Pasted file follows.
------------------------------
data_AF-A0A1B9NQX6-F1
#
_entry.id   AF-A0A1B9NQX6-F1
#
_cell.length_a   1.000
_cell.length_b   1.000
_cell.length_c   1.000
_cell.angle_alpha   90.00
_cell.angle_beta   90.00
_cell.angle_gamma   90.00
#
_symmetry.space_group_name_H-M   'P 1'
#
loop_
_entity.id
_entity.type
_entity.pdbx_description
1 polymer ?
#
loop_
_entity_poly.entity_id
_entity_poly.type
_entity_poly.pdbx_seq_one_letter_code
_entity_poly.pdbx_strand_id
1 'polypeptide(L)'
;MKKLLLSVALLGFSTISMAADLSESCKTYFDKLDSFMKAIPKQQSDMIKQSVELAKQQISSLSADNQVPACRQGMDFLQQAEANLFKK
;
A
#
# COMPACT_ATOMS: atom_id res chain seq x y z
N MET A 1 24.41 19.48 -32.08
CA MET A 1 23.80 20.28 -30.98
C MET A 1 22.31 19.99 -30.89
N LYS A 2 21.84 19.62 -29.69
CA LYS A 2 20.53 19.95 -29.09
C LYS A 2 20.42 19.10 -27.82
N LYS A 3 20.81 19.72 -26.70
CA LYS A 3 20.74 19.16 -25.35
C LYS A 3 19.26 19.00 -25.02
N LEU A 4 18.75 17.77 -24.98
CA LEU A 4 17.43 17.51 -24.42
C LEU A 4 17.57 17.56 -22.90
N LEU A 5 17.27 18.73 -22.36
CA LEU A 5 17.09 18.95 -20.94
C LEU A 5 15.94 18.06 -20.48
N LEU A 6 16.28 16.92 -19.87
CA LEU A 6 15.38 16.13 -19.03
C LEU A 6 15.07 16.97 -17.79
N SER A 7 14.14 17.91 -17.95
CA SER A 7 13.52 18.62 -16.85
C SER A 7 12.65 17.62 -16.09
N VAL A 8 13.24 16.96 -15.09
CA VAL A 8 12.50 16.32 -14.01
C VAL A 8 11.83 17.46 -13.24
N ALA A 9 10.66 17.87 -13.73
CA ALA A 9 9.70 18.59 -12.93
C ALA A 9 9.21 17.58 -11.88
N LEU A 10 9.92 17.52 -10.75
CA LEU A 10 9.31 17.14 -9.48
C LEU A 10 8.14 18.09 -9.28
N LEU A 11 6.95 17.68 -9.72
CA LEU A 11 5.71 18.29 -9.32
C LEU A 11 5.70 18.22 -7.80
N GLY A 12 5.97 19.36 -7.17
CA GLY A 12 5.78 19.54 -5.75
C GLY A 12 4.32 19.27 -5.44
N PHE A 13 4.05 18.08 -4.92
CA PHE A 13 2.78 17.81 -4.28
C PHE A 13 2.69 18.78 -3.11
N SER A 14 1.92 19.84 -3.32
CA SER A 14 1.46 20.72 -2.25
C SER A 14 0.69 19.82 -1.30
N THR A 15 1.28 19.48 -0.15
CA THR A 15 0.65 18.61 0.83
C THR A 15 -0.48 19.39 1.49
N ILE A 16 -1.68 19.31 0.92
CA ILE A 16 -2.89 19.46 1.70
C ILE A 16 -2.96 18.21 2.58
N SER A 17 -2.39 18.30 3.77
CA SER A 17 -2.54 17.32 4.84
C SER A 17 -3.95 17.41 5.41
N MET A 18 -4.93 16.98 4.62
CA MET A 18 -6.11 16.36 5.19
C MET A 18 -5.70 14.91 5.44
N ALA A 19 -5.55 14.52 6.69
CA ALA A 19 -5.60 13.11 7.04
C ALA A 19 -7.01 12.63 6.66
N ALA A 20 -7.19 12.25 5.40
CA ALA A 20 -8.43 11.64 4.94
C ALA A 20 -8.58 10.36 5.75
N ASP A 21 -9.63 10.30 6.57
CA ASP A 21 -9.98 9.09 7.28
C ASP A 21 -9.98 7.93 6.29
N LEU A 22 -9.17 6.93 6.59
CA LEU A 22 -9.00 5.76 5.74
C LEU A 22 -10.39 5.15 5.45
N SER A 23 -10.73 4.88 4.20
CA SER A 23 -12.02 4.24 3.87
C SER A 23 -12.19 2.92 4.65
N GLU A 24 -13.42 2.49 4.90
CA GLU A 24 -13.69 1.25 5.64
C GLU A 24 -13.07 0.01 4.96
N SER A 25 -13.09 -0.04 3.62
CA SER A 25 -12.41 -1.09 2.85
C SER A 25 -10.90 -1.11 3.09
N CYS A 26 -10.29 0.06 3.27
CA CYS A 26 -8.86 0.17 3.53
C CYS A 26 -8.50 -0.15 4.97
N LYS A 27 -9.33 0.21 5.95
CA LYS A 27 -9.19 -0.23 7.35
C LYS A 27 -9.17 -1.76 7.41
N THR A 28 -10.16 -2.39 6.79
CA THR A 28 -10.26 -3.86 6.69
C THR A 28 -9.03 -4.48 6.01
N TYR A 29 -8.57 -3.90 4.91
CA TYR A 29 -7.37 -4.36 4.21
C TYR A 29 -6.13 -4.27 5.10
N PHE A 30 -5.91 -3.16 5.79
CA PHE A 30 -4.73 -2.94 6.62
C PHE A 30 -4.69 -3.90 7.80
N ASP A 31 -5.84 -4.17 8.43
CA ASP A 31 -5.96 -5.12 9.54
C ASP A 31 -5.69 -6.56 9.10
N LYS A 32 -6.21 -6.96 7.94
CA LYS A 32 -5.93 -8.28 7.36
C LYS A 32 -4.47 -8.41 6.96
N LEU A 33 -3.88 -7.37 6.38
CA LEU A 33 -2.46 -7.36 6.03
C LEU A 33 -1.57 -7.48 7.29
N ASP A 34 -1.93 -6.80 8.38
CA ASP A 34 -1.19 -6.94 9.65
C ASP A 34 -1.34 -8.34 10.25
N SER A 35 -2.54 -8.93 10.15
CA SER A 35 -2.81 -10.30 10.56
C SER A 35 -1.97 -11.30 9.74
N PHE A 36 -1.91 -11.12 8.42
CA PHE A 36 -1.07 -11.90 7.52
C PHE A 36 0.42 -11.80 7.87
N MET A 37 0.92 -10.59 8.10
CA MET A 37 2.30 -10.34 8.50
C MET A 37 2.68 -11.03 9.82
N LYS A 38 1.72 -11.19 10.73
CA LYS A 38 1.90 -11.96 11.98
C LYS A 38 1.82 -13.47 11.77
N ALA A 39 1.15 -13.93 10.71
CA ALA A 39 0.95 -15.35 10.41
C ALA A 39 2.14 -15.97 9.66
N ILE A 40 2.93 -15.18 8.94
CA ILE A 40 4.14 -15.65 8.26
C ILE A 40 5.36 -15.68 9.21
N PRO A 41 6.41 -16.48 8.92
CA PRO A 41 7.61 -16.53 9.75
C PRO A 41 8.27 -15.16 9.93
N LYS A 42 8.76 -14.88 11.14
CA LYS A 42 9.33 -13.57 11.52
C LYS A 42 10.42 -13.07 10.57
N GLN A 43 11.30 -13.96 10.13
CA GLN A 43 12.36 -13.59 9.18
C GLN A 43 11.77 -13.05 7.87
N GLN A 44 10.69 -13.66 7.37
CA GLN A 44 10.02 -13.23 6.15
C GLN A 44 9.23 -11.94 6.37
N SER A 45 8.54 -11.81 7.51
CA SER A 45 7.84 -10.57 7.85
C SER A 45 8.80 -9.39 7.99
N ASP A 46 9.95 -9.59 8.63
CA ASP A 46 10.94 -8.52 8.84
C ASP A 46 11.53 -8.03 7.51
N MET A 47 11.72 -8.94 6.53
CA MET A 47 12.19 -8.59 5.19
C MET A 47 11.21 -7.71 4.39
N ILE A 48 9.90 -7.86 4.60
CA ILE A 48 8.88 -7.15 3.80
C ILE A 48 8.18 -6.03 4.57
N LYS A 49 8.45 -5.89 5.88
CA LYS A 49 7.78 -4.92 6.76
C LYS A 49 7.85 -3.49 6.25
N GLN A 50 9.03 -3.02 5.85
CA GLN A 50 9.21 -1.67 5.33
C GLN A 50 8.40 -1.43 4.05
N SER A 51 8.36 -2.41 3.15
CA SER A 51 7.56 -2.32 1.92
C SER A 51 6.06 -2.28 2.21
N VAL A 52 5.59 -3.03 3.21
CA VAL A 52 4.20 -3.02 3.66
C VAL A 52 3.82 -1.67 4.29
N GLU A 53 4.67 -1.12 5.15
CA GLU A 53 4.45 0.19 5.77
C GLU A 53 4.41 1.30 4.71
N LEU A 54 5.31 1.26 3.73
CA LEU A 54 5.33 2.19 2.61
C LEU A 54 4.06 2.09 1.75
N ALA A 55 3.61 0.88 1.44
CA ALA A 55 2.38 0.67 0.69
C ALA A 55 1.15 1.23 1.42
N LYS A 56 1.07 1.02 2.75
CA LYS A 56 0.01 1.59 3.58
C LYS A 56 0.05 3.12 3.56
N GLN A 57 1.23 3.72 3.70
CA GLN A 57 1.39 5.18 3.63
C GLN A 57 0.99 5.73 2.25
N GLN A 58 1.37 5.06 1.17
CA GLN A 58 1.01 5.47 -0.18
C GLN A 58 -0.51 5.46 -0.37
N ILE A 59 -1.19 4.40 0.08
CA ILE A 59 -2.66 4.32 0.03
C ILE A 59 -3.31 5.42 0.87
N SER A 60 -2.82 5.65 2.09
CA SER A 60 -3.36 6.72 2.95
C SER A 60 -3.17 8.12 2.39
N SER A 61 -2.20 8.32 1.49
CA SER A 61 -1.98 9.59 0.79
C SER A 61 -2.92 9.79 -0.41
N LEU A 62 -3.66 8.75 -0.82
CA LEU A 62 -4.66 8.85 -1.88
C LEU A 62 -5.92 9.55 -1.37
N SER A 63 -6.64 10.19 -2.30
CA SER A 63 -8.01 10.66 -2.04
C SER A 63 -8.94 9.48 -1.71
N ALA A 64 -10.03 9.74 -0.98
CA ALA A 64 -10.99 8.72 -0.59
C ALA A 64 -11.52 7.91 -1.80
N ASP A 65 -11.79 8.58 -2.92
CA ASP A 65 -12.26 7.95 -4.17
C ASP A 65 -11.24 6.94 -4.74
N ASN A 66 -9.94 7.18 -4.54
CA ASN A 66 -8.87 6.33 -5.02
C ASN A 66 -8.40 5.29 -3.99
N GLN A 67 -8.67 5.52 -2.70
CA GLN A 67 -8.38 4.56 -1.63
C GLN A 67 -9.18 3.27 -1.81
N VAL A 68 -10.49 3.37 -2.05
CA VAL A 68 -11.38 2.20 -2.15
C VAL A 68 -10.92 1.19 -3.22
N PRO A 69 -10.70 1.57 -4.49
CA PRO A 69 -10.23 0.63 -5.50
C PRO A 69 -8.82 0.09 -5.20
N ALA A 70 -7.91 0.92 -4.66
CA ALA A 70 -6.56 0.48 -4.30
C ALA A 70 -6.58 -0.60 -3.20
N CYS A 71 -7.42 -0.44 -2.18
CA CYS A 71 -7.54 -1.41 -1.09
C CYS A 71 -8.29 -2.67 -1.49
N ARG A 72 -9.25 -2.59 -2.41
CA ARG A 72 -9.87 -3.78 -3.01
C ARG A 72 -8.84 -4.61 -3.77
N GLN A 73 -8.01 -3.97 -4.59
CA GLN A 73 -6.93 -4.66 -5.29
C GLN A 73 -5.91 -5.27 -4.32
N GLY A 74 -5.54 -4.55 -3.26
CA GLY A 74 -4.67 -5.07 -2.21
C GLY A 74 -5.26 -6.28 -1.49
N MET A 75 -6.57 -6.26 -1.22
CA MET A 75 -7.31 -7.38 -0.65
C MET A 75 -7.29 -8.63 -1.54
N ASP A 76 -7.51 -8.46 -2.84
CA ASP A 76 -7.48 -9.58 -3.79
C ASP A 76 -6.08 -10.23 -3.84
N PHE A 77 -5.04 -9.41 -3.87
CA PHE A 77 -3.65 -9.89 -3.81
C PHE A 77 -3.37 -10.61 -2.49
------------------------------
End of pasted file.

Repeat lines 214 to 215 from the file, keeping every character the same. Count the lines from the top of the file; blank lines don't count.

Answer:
N LEU A 62 -3.66 8.75 -0.82
CA LEU A 62 -4.66 8.85 -1.88